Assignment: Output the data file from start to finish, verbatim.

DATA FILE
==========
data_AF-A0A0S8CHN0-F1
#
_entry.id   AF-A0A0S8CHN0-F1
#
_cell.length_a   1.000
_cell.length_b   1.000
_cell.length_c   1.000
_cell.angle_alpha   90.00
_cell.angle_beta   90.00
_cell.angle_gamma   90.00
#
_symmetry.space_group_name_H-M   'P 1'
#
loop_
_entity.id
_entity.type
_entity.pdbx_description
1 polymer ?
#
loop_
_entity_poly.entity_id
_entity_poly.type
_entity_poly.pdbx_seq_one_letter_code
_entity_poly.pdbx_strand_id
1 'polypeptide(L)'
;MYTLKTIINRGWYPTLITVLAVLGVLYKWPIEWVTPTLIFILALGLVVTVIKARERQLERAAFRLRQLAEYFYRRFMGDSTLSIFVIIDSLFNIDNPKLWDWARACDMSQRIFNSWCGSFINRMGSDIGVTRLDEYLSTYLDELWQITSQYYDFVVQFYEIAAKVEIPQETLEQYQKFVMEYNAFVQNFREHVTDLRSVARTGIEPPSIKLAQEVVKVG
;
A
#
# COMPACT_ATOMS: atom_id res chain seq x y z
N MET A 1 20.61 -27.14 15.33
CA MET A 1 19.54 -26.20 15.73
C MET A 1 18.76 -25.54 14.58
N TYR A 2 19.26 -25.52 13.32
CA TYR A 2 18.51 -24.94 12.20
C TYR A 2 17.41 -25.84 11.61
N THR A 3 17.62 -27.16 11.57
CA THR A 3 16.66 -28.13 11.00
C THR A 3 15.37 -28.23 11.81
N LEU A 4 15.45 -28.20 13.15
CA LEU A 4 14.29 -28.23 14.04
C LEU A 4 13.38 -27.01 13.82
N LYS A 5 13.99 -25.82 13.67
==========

data_AF-A0A0S8CHN0-F1
#
_entry.id   AF-A0A0S8CHN0-F1
#
_cell.length_a   1.000
_cell.length_b   1.000
_cell.length_c   1.000
_cell.angle_alpha   90.00
_cell.angle_beta   90.00
_cell.angle_gamma   90.00
#
_symmetry.space_group_name_H-M   'P 1'
#
loop_
_entity.id
_entity.type
_entity.pdbx_description
1 polymer ?
#
loop_
_entity_poly.entity_id
_entity_poly.type
_entity_poly.pdbx_seq_one_letter_code
_entity_poly.pdbx_strand_id
1 'polypeptide(L)'
;MYTLKTIINRGWYPTLITVLAVLGVLYKWPIEWVTPTLIFILALGLVVTVIKARERQLERAAFRLRQLAEYFYRRFMGDSTLSIFVIIDSLFNIDNPKLWDWARACDMSQRIFNSWCGSFINRMGSDIGVTRLDEYLSTYLDELWQITSQYYDFVVQFYEIAAKVEIPQETLEQYQKFVMEYNAFVQNFREHVTDLRSVARTGIEPPSIKLAQEVVKVG
;
A
#
# COMPACT_ATOMS: atom_id res chain seq x y z
N MET A 1 20.61 -27.14 15.33
CA MET A 1 19.54 -26.20 15.73
C MET A 1 18.76 -25.54 14.58
N TYR A 2 19.26 -25.52 13.32
CA TYR A 2 18.51 -24.94 12.20
C TYR A 2 17.41 -25.84 11.61
N THR A 3 17.62 -27.16 11.57
CA THR A 3 16.66 -28.13 11.00
C THR A 3 15.37 -28.23 11.81
N LEU A 4 15.45 -28.20 13.15
CA LEU A 4 14.29 -28.23 14.04
C LEU A 4 13.38 -27.01 13.82
N LYS A 5 13.99 -25.82 13.67